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But, hark! I hear the distant drum! The day of Flodden Field is come, Adieu, dear Heber ! life and health, And store of literary wealth.

Μ Α R MIO N.

CANTO SIXTA.

THE BATTLE.

MARMION.

CANTO SIXTH.

THE BATTLE.

WHILE great events were on the gale,
And each hour brought a varying tale,
And the demeanour, changed and cold,
Of Douglas, fretted Marmion bold,
And, like the impatient steed of war,
He snuffed the battle from afar ;
And hopes were none, that back again
Herald should come from Terouenne,
Where England's King in leaguer lay,
Before decisive battle-day ;
Whilst these things were, the mournful Clare
Did in the Dame's devotions share :
For the good Countess ceaseless pray'd
To Heaven and Saints, her sons to aid,

And, with short interval, did pass
From prayer to book, from book to mass,
And all in high Baronial pride,–
A life both dull and dignified; —
Yet as Lord Marmion nothing press'd
Upon her intervals of rest,
Dejected Clara well could bear
The formal state, the lengthen'd prayer,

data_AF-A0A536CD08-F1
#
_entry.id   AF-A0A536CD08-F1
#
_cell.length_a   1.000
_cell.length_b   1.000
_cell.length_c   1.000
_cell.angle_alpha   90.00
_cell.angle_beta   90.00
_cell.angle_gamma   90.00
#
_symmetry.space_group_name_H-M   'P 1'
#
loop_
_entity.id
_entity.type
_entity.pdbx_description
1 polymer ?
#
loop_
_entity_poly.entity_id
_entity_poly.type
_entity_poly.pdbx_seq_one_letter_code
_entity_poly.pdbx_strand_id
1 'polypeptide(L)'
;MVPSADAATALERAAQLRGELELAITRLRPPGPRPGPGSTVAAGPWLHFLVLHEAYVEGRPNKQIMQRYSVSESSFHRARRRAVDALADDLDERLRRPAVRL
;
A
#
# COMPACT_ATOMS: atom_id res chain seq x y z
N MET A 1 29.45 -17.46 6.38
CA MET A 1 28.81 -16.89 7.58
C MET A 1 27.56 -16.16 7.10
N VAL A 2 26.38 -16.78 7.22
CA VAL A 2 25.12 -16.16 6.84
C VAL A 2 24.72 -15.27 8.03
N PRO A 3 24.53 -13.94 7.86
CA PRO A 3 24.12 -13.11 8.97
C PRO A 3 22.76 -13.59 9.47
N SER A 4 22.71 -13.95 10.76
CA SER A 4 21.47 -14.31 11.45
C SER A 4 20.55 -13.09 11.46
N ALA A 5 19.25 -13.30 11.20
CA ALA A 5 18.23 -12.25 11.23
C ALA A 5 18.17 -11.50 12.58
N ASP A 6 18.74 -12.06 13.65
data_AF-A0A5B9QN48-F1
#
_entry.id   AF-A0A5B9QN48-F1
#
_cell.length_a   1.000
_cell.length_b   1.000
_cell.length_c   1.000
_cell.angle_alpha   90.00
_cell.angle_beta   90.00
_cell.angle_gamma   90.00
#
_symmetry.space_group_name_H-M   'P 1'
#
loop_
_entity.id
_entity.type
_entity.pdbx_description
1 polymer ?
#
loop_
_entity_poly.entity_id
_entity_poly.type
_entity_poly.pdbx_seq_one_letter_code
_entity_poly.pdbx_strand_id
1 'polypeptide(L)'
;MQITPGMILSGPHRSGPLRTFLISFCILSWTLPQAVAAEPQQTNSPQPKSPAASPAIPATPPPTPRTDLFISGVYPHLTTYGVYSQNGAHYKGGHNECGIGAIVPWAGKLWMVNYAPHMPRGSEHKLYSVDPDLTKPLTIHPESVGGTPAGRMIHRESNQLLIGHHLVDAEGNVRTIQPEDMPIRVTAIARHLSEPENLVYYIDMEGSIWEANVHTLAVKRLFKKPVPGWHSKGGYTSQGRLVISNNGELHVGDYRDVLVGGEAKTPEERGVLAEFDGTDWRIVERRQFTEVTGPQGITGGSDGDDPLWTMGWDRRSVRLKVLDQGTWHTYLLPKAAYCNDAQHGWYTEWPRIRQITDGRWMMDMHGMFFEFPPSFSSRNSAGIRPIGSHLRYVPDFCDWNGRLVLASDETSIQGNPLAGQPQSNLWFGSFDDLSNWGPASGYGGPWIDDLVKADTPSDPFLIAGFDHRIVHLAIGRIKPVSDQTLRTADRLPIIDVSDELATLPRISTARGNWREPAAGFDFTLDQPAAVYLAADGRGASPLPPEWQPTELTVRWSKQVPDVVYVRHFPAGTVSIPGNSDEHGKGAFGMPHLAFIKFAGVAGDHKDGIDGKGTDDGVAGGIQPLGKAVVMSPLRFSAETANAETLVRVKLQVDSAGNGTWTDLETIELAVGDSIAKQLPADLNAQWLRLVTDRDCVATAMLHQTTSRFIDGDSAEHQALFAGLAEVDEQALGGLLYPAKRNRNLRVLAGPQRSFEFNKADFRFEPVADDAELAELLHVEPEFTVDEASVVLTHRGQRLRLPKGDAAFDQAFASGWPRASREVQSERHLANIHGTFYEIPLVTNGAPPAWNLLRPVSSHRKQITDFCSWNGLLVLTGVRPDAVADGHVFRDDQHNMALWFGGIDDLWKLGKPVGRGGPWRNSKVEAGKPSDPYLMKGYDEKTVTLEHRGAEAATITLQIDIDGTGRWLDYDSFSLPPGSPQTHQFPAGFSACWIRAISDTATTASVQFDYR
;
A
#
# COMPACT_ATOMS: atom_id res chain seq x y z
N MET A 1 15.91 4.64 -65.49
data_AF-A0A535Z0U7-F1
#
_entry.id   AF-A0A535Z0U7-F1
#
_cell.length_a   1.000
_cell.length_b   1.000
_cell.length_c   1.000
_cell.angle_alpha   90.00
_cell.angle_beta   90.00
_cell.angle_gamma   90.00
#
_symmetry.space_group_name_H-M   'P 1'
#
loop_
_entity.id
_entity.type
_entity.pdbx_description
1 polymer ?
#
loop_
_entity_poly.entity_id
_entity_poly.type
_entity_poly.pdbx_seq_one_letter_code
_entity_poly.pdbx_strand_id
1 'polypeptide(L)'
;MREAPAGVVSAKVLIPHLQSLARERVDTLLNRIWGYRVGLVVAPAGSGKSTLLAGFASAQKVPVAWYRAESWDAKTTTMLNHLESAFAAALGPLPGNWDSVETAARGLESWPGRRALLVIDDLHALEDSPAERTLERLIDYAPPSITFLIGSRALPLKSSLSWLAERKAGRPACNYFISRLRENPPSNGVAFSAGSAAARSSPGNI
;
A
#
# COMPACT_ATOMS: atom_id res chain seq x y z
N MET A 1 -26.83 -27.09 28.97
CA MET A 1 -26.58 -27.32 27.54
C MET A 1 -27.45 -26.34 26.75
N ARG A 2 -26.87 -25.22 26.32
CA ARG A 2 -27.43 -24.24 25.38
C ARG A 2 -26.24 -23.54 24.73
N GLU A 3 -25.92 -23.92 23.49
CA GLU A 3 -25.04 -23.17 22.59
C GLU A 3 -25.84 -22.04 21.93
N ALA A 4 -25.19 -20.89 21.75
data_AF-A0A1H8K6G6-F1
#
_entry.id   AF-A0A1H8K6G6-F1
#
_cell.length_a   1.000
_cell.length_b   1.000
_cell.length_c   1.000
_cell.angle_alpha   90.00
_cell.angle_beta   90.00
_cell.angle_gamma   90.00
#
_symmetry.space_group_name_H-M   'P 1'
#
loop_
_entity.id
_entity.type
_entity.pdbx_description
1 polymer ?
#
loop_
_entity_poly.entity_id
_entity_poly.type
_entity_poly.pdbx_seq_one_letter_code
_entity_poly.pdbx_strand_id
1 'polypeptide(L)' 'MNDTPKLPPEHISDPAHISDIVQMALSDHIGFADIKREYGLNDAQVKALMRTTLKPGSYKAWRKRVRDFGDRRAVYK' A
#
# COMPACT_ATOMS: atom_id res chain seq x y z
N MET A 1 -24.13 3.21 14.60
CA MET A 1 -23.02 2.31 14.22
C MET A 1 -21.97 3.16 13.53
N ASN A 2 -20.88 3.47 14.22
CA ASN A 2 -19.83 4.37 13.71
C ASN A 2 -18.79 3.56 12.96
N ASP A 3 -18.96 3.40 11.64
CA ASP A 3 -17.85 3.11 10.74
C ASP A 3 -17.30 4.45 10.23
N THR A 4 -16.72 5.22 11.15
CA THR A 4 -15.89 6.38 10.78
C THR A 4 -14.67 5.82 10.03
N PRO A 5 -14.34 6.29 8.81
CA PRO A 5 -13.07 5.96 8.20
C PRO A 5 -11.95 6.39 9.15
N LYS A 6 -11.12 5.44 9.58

Though dearest to her wounded heart
The hours that she might spend apart.

II. I said, Tantallon’s dizzy steep Hung o'er the margin of the deep. Many a rude tower and rampart there Repelld the insult of the air, Which, when the tempest vex'd the sky, Half breeze, half spray, came whistling by. Above the rest, a turret square Did o'er its Gothic entrance bear, Of sculpture rude, a stony shield ; The Bloody Heart was in the Field, And in the chief three mullets stood, The cognizance of Douglas blood. The turret held a narrow stair, Which, mounted, gave you access where, A parapet's embattled row Did seaward round the castle go. 1 [MS.—“The tower contain'd a narrow stair,

And gave an open access where."]

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